Judge makes €16.1m order against three company directors over unpaid NAMA loans
NAMA has obtained judgment for some €16.1m each against three company directors over unpaid loans for a housing development.
When the agency sought judgment yesterday from Mr Justice Peter Kelly at the Commercial Court, there was no appearance by or on behalf of the three - Patrick O'Reilly, Glascarn Lane, Ratoath, Co Meath, Padriag Tierney, Paceland, Dunboyne, Co Meath, and Gerard Tierney, St Brendan's, Ballygar, Co Galway.
The judge told Alison Kierse BL, for NAMA, he was satisfied all three defendants had been properly served with the relevant court documents and, in those circumstances, would enter judgment against all three for the €16,128,609 sum sought.
The claim arose from loan facilities advanced by Irish Bank Resolution Corporation (IBRC) to the defendants jointly and severally under a facility letter of November 2009.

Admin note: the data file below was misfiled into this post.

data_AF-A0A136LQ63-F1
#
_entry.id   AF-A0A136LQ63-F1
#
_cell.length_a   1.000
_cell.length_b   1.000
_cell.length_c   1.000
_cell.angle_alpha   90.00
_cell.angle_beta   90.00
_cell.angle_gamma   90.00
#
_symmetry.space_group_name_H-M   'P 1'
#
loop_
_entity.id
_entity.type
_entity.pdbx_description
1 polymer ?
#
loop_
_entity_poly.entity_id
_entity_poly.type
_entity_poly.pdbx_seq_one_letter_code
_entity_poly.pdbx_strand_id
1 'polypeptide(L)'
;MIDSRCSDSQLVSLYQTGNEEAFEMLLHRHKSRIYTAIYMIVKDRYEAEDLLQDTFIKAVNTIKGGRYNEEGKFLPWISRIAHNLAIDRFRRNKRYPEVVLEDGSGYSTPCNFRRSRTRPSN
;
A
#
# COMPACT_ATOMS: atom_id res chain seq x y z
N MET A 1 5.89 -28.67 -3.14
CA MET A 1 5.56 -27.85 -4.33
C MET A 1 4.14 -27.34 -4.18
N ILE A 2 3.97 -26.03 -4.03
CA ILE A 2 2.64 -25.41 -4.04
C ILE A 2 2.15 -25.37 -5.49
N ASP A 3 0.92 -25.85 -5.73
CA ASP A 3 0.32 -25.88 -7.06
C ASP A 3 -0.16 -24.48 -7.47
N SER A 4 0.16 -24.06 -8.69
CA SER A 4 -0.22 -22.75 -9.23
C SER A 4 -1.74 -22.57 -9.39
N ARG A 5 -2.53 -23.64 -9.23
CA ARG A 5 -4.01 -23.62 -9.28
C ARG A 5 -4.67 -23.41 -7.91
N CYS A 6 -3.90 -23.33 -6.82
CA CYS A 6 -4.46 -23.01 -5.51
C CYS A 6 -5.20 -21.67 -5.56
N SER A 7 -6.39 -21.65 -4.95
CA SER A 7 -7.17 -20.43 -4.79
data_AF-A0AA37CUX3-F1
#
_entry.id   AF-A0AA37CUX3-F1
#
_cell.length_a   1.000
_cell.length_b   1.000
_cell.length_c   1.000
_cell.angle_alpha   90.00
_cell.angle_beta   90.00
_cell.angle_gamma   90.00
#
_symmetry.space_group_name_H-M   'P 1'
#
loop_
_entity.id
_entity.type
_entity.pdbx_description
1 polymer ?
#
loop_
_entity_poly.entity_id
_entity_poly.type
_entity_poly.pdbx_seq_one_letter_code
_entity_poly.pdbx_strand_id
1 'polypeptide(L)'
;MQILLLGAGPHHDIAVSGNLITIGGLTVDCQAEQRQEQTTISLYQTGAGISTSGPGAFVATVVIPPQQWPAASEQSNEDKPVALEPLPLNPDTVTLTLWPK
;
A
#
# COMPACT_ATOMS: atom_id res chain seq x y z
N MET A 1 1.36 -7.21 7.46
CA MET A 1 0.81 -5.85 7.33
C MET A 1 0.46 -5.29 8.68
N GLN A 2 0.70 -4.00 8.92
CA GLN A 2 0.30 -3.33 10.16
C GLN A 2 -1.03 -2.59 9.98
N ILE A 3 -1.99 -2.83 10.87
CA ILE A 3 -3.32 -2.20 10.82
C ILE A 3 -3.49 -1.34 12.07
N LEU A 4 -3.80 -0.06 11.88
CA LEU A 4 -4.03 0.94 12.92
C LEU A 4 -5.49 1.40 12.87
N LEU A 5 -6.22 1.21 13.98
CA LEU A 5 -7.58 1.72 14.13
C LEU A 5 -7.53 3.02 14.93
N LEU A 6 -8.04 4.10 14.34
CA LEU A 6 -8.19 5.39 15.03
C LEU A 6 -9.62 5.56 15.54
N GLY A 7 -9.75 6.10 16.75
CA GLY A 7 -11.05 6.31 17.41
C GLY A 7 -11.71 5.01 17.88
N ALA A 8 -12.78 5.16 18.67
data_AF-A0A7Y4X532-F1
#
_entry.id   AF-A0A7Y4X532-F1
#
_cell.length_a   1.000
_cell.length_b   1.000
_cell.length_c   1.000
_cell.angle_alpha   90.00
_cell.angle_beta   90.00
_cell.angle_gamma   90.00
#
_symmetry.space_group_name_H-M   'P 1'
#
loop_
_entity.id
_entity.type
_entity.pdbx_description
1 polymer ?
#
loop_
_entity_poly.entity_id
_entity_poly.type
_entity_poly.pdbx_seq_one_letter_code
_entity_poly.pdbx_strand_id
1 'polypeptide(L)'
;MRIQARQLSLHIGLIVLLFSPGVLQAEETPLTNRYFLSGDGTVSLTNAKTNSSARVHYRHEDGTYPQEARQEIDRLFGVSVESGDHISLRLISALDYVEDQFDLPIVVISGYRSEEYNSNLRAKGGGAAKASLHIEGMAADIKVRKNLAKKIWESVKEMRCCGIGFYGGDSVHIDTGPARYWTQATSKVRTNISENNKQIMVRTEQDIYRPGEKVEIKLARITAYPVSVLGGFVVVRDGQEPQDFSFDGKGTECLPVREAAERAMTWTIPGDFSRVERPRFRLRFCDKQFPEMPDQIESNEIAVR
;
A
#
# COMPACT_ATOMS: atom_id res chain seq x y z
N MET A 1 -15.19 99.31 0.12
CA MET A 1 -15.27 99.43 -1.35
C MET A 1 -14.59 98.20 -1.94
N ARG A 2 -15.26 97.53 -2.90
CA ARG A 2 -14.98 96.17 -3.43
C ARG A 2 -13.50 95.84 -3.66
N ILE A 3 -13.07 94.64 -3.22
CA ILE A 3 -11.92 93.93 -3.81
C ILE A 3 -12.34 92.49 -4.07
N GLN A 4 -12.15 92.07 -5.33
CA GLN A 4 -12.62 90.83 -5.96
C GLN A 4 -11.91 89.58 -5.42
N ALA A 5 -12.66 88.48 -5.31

Under those facilities, some €13.24m was advanced to renew the defendants' existing loans, originally advanced during 2005 and 2007 in connection with the acquisition and development of lands at Branganstown, Co Kildare, on which the defendants had proposed to develop 300 houses. It was claimed no payment had been received towards the indebtedness.
NAMA took over the loans in November 2010. Business plans advanced by the defendants were rejected but efforts continued to achieve a consensual agreement aimed at maximum debt recovery and reduction.
Efforts to consensually reverse certain voluntary transfers of unencumbered assets by Patrick O'Reilly and Padraig Tierney were ultimately unsuccessful, NAMA said.
In March 2013, IBRC wrote to the defendants stating they had been identified as unco-operative but giving them some more time to provide proposals to achieve reasonable debt reduction.
When no response was received, enforcement action was taken and the court proceedings were later initiated in January last demanding repayment of some €16.1m principal and interest outstanding on the loan facilities, NAMA said.
Last February, NAMA appointed a receiver over the 37.16 acres Branganstown lands which were charged as security for the debt. Ulster Bank Ireland Ltd also had an interest in 15 acres of the lands, a NAMA official said in an affidavit.